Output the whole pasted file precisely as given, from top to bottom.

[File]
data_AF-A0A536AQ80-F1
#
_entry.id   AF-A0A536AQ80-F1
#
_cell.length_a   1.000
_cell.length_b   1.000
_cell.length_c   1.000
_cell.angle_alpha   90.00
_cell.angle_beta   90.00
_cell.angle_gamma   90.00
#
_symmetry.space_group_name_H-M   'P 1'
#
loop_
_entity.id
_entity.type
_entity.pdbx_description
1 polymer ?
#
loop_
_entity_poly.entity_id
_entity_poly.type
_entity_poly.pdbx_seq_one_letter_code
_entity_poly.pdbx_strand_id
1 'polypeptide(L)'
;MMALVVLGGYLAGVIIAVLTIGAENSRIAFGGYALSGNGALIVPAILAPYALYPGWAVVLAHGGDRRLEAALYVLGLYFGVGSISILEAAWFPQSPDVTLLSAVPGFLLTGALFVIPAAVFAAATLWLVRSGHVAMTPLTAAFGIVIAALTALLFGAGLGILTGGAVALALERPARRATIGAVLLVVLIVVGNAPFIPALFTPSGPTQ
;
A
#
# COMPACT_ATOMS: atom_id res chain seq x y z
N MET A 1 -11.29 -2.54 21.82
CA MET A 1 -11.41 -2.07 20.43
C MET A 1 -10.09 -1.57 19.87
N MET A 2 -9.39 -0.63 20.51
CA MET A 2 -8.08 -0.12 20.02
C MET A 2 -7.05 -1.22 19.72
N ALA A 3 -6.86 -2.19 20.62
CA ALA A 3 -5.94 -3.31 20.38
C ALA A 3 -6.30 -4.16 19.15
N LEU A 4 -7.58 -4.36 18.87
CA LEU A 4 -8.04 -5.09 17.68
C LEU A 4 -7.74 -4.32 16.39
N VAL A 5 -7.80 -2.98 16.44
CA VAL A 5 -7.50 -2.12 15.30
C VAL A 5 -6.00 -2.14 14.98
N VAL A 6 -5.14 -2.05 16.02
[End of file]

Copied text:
data_AF-A0A536AQ80-F1
#
_entry.id   AF-A0A536AQ80-F1
#
_cell.length_a   1.000
_cell.length_b   1.000
_cell.length_c   1.000
_cell.angle_alpha   90.00
_cell.angle_beta   90.00
_cell.angle_gamma   90.00
#
_symmetry.space_group_name_H-M   'P 1'
#
loop_
_entity.id
_entity.type
_entity.pdbx_description
1 polymer ?
#
loop_
_entity_poly.entity_id
_entity_poly.type
_entity_poly.pdbx_seq_one_letter_code
_entity_poly.pdbx_strand_id
1 'polypeptide(L)'
;MMALVVLGGYLAGVIIAVLTIGAENSRIAFGGYALSGNGALIVPAILAPYALYPGWAVVLAHGGDRRLEAALYVLGLYFGVGSISILEAAWFPQSPDVTLLSAVPGFLLTGALFVIPAAVFAAATLWLVRSGHVAMTPLTAAFGIVIAALTALLFGAGLGILTGGAVALALERPARRATIGAVLLVVLIVVGNAPFIPALFTPSGPTQ
;
A
#
# COMPACT_ATOMS: atom_id res chain seq x y z
N MET A 1 -11.29 -2.54 21.82
CA MET A 1 -11.41 -2.07 20.43
C MET A 1 -10.09 -1.57 19.87
N MET A 2 -9.39 -0.63 20.51
CA MET A 2 -8.08 -0.12 20.02
C MET A 2 -7.05 -1.22 19.72
N ALA A 3 -6.86 -2.19 20.62
CA ALA A 3 -5.94 -3.31 20.38
C ALA A 3 -6.30 -4.16 19.15
N LEU A 4 -7.58 -4.36 18.87
CA LEU A 4 -8.04 -5.09 17.68
C LEU A 4 -7.74 -4.32 16.39
N VAL A 5 -7.80 -2.98 16.44
CA VAL A 5 -7.50 -2.12 15.30
C VAL A 5 -6.00 -2.14 14.98
N VAL A 6 -5.14 -2.05 16.02